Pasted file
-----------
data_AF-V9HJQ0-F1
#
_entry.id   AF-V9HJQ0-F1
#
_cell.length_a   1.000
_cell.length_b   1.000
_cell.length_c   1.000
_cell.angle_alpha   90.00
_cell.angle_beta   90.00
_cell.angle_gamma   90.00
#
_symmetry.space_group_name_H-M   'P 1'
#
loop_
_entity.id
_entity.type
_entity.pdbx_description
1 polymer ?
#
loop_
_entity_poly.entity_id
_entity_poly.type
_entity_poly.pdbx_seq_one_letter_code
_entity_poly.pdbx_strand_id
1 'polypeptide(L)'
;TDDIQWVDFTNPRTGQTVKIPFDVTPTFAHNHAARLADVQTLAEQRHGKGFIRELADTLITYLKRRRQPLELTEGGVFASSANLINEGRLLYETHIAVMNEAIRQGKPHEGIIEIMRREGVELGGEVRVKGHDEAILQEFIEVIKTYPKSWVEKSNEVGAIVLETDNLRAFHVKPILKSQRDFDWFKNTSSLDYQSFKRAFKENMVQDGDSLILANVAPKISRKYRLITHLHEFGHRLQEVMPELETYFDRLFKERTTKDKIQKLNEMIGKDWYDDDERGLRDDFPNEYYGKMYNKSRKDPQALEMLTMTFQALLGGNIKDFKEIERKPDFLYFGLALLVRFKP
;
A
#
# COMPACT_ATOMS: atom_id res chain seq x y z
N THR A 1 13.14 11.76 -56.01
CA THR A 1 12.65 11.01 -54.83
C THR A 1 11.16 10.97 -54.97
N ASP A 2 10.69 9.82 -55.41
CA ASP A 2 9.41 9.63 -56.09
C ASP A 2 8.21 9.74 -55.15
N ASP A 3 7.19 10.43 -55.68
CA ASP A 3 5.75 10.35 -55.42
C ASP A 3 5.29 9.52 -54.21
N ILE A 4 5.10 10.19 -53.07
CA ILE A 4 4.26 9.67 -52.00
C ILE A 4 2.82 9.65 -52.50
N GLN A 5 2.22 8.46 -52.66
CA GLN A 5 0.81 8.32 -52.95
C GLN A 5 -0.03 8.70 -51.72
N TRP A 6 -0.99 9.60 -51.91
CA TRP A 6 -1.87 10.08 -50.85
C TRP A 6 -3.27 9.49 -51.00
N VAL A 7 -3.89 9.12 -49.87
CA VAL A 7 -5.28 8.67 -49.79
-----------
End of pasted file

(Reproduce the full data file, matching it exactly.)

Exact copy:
data_AF-V9HJQ0-F1
#
_entry.id   AF-V9HJQ0-F1
#
_cell.length_a   1.000
_cell.length_b   1.000
_cell.length_c   1.000
_cell.angle_alpha   90.00
_cell.angle_beta   90.00
_cell.angle_gamma   90.00
#
_symmetry.space_group_name_H-M   'P 1'
#
loop_
_entity.id
_entity.type
_entity.pdbx_description
1 polymer ?
#
loop_
_entity_poly.entity_id
_entity_poly.type
_entity_poly.pdbx_seq_one_letter_code
_entity_poly.pdbx_strand_id
1 'polypeptide(L)'
;TDDIQWVDFTNPRTGQTVKIPFDVTPTFAHNHAARLADVQTLAEQRHGKGFIRELADTLITYLKRRRQPLELTEGGVFASSANLINEGRLLYETHIAVMNEAIRQGKPHEGIIEIMRREGVELGGEVRVKGHDEAILQEFIEVIKTYPKSWVEKSNEVGAIVLETDNLRAFHVKPILKSQRDFDWFKNTSSLDYQSFKRAFKENMVQDGDSLILANVAPKISRKYRLITHLHEFGHRLQEVMPELETYFDRLFKERTTKDKIQKLNEMIGKDWYDDDERGLRDDFPNEYYGKMYNKSRKDPQALEMLTMTFQALLGGNIKDFKEIERKPDFLYFGLALLVRFKP
;
A
#
# COMPACT_ATOMS: atom_id res chain seq x y z
N THR A 1 13.14 11.76 -56.01
CA THR A 1 12.65 11.01 -54.83
C THR A 1 11.16 10.97 -54.97
N ASP A 2 10.69 9.82 -55.41
CA ASP A 2 9.41 9.63 -56.09
C ASP A 2 8.21 9.74 -55.15
N ASP A 3 7.19 10.43 -55.68
CA ASP A 3 5.75 10.35 -55.42
C ASP A 3 5.29 9.52 -54.21
N ILE A 4 5.10 10.19 -53.07
CA ILE A 4 4.26 9.67 -52.00
C ILE A 4 2.82 9.65 -52.50
N GLN A 5 2.22 8.46 -52.66
CA GLN A 5 0.81 8.32 -52.95
C GLN A 5 -0.03 8.70 -51.72
N TRP A 6 -0.99 9.60 -51.91
CA TRP A 6 -1.87 10.08 -50.85
C TRP A 6 -3.27 9.49 -51.00
N VAL A 7 -3.89 9.12 -49.87
CA VAL A 7 -5.28 8.67 -49.79